Perry J. Browder
Shareholder/Manager of Asbestos Department // Simmons Hanly Conroy
Description of your practice
Simmons Hanly Conroy is a nationwide litigation firm headquartered in Alton, Illinois with additional offices in Chicago, St. Louis, Los Angeles, San Francisco and New York. We have helped thousands of clients across the country harmed by corporate wrongdoing. I oversee our asbestos litigation practice, which annually represents more people harmed by mesothelioma than any other law firm in the country. We work in small teams, which allows us to give personal attention to each client’s case. At the same time, we have the resources as a national law firm to hold large corporations accountable. Our mesothelioma clients are terminally ill so our experience of being able to move their case through the legal process and get it on file before they pass away is crucial.
Why are you a member of the WBAI?
Kate Conway introduced me to WBAI, and I’m looking forward to having our involvement continue to grow. I decided to become a member because, as a firm leader, I want to better serve the attorneys and staff at SHC and support their success.
What do you think is the best way to empower women in law?
The best way to empower women in law is to listen and then act. For example, a few years after the firm first started, we decided to provide all mothers with a full three months of paid maternity leave. The firm adopted this policy in the early 2000s. Yet, nearly 20 years later only 17 percent of the workforce has access to paid family leave, according to the U.S. Bureau of Labor Statistics. I have found that providing this level of support encourages all women in law to grow and become successful, whether it is with our attorneys, our support staff, or our clients.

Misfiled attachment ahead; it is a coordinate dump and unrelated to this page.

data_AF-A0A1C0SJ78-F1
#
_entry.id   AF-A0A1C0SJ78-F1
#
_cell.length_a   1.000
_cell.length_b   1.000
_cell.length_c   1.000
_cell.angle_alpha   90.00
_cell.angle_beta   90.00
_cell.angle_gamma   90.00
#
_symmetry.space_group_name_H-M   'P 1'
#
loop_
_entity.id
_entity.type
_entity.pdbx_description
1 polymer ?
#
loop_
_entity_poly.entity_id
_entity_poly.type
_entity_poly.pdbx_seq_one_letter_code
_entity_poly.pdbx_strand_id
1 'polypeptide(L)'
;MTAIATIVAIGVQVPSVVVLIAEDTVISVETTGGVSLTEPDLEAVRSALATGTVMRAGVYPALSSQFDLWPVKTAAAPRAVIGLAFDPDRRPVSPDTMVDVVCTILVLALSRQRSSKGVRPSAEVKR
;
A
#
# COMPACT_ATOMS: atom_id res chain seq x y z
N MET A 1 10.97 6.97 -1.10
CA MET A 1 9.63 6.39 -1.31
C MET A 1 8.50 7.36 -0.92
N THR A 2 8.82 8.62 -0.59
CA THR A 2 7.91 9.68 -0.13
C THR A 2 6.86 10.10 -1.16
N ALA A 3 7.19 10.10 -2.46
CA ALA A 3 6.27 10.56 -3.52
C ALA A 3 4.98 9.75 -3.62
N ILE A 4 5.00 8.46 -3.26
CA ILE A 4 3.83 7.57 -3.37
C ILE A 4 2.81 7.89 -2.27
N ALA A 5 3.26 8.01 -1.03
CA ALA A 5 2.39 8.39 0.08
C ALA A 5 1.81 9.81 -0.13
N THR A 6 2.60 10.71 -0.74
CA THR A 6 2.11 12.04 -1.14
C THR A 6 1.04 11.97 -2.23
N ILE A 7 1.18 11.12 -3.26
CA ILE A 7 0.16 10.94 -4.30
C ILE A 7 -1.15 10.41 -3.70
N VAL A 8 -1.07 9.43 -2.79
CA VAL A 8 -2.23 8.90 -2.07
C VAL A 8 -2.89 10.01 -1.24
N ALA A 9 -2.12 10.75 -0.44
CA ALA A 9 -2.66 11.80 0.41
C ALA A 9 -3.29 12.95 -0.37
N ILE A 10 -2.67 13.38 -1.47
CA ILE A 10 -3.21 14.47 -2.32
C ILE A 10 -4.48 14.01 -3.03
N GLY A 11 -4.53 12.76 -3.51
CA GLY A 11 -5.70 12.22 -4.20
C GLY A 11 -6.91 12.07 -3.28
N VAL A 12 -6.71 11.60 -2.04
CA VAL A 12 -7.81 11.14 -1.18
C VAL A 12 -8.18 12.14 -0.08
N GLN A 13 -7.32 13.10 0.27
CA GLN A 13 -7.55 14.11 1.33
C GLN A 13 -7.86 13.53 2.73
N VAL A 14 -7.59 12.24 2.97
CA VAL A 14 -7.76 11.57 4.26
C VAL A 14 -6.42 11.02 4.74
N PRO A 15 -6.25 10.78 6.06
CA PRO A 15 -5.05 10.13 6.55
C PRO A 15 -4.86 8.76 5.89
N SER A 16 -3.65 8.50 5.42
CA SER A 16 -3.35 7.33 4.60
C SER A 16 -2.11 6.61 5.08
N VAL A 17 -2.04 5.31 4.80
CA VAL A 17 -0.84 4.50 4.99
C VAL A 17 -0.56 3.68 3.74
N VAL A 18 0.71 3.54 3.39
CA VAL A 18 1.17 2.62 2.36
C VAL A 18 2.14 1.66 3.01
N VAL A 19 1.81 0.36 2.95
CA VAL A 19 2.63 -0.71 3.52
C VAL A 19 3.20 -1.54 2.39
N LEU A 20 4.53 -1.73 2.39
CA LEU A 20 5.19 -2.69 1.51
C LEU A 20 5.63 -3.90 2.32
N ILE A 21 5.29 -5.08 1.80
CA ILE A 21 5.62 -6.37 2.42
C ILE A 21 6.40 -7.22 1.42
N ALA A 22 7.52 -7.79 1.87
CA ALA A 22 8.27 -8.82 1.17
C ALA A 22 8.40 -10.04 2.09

In addition, it’s also important to provide women the ability to succeed by giving them opportunities to work on high-profile projects and cases. At Simmons Hanly Conroy, thanks to Named Shareholder Jayne Conroy and Assistant Managing Partner Amy Garrett, we have seen firsthand how successful women can be both in and out of the courtroom at getting results for our clients, which in turn promotes the professional goals of the firm.
What are you most looking forward to in the following year, personally/professionally?
Professionally, I am looking forward to this pandemic ending so our clients get their day in court and the justice they deserve. My clients have been diagnosed with terminal asbestos cancer as a result of exposures caused by corporations choosing profits over people. The average prognosis for a mesothelioma patient is 6-18 months. It is incumbent we get timely results so they can receive much-needed medical care and comfort, but also so they have peace of mind knowing their families are secure. The pandemic, not only with court closures but also the embracing of new technologies, has underscored the value our courts provide as an impartial venue and our role as client advocates within them. I’m looking forward to building on the success and lessons from an unprecedented 2020.
Personally, I am looking forward to traveling again. My practice as a mesothelioma attorney has taken me throughout the state of Illinois and all over the other 48 states. I enjoy traveling and helping clients and also presenting at national conferences. After a long day of depositions or speaking in small or big town America, there’s nothing better than finding the local barbeque joint, like 17th Street BBQ in Murphysboro or Sparks Steak House in New York City. Small town or large city, I’m looking forward to getting out again and meeting people. It’s a privilege to represent them, both in and out of the courtroom.
Tell us something interesting about you.
I am a history buff, it was my college major. As an asbestos attorney, when I litigated individual cases, I loved digging through older archives, libraries, etc., searching for the pieces of the puzzle from 40-50 years ago that caused our clients’ injuries.